It wasn’t dirty—but there was absolutely nothing remarkable in the entire place. The walls were all painted pale yellow, and on the left wall was the standard-issue donut shop drink cooler with sliding glass doors and an assortment of juices, milks, and energy drinks. Just past the cooler was the huge Jesus picture—the one that’s always there in these kinds of shops, unless they have the more traditional Buddha-type statues. Just below that was the seventeen-year old CD boombox playing random light rock hits from the 80s. The back wall featured a bulletin board where you could leave your business card, which caused me to think—do you really want to hire an accountant, plumber, or personal trainer you found on the bulletin board at the donut shop? A half-dozen of those flimsy little donut shop tables and chairs were in the middle of the shop for those who preferred to dine on their donuts while reading the Korean newspaper that was conveniently available. The glass cases under the counter featured a wide assortment of nice looking donuts—plus those creepy hot dog things wrapped in a bun that I’ve never really seen anyone buy.

Six dollars a dozen was the asking price on the menu board above the clerk’s head—it was the generic kind with lines on it that you can stick letters on to form whatever words and prices you want. Fancies and cream-filled would cost extra—but for regular old donuts, their price was a full dollar less than the Evil Empire was charging less than a mile down the road.

We bought my standard cache—a dozen glazed and a dozen chocolate sprinkles—plus three chocolate milks for the kiddos back home. Then, to my surprise, the lady threw in a dozen donut holes for free—a nice touch. We got out of there for just under seventeen bucks. Not too shabby.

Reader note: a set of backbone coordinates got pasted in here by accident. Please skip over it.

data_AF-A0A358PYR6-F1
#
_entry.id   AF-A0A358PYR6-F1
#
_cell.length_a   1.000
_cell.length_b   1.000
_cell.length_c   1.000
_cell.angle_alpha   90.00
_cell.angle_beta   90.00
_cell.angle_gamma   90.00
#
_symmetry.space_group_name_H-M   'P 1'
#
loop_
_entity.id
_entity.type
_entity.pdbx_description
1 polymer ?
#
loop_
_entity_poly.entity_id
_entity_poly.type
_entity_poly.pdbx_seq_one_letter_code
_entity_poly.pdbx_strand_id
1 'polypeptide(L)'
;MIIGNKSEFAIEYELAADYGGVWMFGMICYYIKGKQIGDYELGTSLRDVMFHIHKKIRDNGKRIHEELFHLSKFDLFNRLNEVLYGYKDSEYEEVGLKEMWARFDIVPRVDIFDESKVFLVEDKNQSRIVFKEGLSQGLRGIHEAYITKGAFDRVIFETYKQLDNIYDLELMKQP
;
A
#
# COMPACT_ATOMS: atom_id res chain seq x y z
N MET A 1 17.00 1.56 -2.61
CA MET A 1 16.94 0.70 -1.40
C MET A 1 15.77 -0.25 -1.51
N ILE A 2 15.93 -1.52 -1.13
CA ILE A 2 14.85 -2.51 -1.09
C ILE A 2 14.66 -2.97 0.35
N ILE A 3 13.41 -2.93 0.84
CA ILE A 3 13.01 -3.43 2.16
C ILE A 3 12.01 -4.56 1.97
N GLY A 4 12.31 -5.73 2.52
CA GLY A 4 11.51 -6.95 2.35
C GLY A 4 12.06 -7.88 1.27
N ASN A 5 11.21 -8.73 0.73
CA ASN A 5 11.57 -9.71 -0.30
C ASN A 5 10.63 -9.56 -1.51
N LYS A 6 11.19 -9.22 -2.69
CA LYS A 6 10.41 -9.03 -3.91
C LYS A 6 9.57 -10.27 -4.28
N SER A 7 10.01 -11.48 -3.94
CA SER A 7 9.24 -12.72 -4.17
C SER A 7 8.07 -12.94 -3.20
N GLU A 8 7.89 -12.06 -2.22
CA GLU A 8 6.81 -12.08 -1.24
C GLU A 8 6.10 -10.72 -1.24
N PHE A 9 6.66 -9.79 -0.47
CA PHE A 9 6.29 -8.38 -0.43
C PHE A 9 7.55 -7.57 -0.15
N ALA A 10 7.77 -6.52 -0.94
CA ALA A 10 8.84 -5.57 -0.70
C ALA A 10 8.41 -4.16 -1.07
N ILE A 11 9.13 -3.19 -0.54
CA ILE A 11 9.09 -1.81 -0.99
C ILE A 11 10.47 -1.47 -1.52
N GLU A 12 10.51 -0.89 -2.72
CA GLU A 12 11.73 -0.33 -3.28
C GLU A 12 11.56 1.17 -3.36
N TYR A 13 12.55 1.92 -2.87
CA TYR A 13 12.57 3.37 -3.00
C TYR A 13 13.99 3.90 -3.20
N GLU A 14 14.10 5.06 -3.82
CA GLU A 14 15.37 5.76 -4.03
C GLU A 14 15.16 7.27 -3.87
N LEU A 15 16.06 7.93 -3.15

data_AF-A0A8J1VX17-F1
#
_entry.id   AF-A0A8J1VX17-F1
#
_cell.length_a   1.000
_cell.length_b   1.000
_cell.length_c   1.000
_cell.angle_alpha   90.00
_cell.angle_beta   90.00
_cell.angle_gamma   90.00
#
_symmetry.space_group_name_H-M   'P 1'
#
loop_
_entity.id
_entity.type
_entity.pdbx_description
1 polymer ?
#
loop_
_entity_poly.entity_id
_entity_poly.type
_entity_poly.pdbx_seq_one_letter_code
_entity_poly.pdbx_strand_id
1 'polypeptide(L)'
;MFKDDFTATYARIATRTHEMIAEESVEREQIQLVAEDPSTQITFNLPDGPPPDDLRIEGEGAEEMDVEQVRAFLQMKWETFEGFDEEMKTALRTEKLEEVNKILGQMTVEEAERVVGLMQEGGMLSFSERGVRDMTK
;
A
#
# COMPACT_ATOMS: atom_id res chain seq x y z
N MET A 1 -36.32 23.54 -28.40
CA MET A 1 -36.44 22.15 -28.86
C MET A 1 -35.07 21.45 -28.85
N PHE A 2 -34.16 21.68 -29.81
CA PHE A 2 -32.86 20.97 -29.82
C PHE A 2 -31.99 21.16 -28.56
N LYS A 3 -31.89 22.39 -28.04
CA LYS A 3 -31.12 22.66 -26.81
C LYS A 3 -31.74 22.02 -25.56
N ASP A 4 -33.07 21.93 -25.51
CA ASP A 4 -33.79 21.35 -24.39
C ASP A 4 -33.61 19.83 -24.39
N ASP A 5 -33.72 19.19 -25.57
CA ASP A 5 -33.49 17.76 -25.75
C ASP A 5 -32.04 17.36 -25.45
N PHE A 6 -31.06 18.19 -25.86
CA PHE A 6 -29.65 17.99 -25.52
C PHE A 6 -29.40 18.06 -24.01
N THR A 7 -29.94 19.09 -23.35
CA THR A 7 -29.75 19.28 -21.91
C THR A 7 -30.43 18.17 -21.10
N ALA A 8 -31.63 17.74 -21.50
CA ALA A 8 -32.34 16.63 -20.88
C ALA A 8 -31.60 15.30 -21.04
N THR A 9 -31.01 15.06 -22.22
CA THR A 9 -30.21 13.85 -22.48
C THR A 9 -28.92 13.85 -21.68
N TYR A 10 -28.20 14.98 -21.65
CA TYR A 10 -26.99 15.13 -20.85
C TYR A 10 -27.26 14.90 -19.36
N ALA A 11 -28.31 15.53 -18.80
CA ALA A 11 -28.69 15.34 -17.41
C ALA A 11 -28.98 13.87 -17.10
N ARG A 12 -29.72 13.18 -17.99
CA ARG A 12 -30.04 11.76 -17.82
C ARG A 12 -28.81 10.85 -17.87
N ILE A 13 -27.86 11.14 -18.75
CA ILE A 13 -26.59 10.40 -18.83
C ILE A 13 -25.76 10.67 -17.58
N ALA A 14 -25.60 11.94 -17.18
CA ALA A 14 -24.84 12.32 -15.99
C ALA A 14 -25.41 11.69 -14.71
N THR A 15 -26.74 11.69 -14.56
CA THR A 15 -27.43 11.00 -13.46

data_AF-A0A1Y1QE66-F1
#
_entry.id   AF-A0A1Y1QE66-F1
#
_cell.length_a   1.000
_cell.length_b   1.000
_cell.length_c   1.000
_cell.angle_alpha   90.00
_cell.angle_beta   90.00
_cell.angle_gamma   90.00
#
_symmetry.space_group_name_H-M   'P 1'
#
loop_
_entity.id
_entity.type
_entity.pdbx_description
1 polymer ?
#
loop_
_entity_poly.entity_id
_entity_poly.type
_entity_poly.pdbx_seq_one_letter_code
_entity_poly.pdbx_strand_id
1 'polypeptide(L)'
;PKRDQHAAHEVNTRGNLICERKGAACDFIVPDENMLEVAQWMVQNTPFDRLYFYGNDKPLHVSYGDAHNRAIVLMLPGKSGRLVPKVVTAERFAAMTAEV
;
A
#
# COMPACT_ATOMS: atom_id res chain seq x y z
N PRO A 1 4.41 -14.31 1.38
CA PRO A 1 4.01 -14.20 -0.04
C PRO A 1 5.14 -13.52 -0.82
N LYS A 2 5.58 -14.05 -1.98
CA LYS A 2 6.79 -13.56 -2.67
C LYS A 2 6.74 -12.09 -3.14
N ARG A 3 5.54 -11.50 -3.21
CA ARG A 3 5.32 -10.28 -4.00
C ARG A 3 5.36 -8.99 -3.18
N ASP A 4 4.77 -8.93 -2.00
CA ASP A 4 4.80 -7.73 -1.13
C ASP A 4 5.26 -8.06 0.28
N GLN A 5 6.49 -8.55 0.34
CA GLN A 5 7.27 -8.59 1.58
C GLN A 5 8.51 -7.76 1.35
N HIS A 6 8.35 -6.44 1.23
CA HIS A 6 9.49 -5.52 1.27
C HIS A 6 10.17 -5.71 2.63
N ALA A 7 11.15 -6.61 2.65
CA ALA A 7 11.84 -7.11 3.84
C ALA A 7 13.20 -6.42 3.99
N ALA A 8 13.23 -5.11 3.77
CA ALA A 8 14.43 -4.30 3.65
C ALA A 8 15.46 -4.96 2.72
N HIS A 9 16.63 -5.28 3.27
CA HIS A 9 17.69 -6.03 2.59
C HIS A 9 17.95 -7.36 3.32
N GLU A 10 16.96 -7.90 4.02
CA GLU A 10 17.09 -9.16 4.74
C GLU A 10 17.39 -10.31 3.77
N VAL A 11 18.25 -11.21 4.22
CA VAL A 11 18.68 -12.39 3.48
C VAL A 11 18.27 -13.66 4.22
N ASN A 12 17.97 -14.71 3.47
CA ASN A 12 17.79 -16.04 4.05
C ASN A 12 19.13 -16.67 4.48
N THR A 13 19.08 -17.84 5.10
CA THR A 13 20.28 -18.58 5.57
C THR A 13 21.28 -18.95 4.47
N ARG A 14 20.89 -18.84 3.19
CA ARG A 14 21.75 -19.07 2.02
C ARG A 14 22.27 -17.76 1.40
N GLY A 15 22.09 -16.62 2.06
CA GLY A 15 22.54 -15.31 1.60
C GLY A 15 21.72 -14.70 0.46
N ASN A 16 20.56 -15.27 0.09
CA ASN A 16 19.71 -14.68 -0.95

As we drove home I couldn’t help but think that this brave little startup was doomed to be crushed by the venerable Krispy Kreme—it was only a matter of time. But it didn’t have to be this way! A savvy marketing Korean shop could take a substantial chunk out of KK’s hide if they would just employ a few simple strategies. Four strategies to be precise—detailed here for you reading pleasure, so you may be able to use them in your construction, plumber, or HVAC marketing efforts. Think of me as the holographic Princess Leah R2-D2 kept showing Luke in the original Star Wars.

Citizens, we have a plan to destroy the Evil Empire.
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I Don’t Care If Your Online Video Gets A Million Views.

With Regards To Contractor Marketing, Creating A Spectacle Will Get People To Pay Attention… And Make A Strong Point.

With Regards To Contractor Marketing, Creating A Spectacle Will Get People To Pay Attention… And Make A Strong Point.

Just Make Sure When Your Prospects See It,
It Makes Them Want To Buy From You Instead Of Anyone Else.

Written by Rich Harshaw.

Will it blend? That is the question.

At least that’s the question Tom Dickson, former CEO of Blendtech has been asking since 2006, when he started his wildly successful video series with that same name on YouTube.